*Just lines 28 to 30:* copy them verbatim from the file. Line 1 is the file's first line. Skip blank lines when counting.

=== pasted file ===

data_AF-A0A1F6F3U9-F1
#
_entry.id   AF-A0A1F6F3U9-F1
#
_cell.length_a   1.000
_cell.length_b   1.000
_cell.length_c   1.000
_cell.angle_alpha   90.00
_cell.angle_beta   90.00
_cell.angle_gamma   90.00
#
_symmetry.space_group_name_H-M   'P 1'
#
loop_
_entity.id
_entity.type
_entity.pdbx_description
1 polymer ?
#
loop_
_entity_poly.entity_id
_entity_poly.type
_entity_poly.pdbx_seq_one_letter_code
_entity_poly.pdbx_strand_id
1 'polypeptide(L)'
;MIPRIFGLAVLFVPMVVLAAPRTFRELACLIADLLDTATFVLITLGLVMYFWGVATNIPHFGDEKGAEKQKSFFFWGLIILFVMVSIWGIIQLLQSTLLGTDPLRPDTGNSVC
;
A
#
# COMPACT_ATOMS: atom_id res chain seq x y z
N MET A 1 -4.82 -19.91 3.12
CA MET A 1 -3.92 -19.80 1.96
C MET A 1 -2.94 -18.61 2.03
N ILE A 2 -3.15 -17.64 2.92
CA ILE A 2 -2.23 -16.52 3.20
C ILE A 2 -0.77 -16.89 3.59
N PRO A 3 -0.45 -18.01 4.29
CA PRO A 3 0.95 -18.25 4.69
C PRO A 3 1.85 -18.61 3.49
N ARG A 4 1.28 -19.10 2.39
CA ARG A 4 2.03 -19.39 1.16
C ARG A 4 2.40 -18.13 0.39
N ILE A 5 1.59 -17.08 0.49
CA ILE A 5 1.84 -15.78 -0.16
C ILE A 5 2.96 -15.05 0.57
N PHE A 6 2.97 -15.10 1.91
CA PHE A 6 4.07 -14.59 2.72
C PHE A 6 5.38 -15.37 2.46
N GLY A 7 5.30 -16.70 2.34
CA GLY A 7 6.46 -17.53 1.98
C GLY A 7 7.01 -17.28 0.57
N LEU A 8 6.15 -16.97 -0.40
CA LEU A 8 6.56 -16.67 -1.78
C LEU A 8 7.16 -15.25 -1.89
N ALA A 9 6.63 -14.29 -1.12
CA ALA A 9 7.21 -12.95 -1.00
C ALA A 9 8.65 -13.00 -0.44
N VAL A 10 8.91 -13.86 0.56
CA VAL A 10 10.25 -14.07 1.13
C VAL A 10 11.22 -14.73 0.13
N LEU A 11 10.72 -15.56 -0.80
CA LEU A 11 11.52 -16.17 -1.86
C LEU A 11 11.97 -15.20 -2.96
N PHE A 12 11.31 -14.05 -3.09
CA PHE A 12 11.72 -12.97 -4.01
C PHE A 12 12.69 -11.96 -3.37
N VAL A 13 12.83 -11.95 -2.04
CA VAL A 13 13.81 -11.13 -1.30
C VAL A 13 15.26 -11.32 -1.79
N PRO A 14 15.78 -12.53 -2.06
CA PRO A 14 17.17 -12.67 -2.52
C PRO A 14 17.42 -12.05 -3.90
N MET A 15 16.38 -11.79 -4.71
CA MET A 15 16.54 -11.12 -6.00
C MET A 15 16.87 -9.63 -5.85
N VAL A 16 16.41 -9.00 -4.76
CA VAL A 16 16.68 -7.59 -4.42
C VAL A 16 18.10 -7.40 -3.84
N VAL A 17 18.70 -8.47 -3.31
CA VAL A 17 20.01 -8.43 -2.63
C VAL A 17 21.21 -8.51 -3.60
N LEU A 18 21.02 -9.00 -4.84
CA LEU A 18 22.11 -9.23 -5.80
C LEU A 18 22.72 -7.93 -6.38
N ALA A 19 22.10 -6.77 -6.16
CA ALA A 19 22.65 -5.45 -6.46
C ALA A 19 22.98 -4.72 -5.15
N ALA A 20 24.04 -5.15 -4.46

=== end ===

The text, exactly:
A
#
# COMPACT_ATOMS: atom_id res chain seq x y z